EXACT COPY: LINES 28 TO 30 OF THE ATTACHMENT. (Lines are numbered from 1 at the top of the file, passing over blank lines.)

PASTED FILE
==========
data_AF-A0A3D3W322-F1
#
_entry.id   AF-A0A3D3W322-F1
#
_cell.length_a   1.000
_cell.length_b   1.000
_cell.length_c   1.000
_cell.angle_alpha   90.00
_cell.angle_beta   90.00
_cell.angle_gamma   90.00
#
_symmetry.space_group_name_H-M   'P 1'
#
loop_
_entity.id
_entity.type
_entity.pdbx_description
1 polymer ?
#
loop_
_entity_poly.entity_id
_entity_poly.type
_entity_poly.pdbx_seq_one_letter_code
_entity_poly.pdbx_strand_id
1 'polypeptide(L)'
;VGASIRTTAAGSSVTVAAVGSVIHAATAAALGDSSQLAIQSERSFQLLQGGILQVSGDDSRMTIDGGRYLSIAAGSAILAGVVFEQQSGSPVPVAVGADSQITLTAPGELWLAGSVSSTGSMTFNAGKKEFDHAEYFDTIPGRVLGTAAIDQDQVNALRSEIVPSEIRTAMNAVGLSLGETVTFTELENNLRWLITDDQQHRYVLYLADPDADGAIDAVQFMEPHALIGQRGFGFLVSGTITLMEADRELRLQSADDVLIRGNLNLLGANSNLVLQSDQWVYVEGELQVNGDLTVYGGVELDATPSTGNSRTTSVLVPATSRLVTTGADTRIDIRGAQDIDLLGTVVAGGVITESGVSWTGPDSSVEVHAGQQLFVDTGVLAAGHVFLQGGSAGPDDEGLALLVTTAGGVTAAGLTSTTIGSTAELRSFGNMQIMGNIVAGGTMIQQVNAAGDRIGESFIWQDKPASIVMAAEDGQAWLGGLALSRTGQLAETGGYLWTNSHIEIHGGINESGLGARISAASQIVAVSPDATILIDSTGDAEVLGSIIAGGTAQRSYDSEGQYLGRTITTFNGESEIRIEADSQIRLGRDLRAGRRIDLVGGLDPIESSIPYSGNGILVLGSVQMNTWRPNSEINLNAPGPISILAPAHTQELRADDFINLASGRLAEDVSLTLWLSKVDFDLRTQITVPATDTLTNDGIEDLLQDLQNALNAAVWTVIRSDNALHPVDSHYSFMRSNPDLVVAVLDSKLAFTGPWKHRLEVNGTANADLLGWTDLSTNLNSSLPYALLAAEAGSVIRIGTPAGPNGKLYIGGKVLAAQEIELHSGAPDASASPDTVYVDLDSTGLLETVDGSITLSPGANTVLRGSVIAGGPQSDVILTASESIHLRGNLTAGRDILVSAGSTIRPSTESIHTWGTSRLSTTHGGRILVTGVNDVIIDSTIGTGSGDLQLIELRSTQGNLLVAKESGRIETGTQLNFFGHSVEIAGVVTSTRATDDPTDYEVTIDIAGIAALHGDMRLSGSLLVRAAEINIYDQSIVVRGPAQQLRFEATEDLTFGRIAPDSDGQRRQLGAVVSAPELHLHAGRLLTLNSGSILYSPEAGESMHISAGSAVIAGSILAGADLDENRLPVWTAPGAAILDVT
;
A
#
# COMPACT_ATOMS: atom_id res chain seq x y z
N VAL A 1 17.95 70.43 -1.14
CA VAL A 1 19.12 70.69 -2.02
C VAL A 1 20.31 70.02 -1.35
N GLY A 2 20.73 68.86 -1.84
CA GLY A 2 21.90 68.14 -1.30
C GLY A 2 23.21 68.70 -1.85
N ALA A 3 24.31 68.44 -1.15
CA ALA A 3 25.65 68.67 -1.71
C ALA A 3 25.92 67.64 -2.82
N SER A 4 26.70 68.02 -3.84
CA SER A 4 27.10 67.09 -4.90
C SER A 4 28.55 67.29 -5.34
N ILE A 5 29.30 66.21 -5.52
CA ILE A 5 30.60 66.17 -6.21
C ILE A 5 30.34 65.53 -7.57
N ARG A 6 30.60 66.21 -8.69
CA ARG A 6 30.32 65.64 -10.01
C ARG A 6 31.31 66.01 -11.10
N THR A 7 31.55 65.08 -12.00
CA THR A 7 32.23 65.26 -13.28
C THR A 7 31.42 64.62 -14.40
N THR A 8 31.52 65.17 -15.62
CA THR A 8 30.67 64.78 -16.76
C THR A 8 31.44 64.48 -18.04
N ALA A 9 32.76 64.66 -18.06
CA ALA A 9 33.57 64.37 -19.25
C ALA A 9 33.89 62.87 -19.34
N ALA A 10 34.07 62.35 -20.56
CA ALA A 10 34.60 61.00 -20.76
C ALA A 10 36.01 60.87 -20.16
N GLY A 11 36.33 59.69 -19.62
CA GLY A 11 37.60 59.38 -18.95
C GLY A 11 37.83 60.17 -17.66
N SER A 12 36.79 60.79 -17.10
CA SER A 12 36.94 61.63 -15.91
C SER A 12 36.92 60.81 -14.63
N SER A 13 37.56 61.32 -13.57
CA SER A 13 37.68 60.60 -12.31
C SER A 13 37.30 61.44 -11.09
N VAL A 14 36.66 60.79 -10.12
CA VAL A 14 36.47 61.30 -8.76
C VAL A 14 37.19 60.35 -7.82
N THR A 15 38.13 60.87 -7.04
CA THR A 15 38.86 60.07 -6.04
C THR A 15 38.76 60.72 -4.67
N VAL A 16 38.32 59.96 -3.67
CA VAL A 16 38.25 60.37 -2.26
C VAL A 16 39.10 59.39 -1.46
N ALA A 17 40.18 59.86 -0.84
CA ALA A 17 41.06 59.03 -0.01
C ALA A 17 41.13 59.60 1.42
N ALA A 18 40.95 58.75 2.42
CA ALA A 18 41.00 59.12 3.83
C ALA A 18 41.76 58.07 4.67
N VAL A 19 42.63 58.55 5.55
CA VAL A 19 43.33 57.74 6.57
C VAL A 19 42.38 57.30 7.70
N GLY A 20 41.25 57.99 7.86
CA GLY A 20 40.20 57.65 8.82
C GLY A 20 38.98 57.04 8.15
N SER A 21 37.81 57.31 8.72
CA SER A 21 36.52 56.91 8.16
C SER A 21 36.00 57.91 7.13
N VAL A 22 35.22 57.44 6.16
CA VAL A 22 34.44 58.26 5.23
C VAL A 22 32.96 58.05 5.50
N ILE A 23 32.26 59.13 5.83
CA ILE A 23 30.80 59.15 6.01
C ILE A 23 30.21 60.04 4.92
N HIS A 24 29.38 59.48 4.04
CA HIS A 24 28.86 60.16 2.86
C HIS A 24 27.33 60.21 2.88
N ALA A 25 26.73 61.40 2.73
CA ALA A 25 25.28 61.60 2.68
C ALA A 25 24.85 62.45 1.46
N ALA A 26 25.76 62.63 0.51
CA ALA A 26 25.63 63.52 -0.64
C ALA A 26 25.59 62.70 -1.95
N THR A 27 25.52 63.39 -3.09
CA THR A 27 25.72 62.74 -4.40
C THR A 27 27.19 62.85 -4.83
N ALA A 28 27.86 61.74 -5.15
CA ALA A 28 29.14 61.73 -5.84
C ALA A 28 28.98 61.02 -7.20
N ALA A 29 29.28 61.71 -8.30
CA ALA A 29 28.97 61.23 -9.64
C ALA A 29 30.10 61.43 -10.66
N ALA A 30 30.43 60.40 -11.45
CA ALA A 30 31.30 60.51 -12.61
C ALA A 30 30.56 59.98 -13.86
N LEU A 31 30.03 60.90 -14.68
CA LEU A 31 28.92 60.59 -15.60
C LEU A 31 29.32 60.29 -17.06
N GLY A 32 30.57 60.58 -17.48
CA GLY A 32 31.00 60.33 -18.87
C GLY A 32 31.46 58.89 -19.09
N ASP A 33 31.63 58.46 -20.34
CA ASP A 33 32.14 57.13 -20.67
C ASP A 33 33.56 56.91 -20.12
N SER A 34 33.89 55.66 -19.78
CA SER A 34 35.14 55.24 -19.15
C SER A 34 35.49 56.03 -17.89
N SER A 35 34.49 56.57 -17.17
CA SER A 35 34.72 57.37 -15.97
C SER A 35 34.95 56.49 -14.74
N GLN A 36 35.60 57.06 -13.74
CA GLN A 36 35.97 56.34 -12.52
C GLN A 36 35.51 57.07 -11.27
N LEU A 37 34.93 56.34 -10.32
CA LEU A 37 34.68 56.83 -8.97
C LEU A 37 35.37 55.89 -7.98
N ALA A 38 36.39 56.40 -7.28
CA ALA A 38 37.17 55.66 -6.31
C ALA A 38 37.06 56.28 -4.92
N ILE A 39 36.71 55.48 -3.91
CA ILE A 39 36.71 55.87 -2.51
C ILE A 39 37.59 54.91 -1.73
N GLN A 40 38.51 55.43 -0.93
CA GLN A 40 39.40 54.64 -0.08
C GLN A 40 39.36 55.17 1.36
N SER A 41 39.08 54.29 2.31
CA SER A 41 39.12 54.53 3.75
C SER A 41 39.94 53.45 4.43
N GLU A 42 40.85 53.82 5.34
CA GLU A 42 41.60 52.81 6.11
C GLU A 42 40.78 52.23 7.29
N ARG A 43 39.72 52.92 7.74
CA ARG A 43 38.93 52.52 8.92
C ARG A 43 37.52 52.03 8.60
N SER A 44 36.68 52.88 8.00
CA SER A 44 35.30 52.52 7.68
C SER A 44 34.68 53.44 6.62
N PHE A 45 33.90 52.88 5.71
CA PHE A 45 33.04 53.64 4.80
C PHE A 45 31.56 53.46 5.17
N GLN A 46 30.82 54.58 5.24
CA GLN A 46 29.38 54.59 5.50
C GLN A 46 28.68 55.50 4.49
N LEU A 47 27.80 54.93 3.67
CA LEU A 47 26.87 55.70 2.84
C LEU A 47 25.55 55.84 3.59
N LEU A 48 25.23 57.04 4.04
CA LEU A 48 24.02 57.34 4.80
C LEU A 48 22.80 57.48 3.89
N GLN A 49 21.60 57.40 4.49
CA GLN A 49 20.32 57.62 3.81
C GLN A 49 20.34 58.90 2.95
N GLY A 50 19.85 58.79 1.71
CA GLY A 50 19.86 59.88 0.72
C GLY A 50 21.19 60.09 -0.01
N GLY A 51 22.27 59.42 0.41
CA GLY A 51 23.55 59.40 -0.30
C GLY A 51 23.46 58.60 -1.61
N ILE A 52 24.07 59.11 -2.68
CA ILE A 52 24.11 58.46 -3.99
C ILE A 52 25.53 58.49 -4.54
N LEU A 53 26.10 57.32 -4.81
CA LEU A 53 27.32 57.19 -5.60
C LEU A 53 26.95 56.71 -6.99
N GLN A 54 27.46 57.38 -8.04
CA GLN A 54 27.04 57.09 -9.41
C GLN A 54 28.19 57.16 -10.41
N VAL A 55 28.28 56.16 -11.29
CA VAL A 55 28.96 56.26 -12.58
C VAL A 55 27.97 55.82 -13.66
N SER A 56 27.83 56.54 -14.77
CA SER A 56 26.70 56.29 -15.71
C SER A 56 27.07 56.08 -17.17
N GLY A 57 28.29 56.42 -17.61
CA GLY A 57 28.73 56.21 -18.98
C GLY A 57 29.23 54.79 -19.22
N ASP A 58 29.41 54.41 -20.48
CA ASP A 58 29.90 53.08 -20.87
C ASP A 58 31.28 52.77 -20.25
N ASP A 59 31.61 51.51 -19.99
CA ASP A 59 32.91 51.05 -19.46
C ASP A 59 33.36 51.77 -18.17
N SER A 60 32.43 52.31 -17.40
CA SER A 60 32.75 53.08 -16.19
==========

A
#
# COMPACT_ATOMS: atom_id res chain seq x y z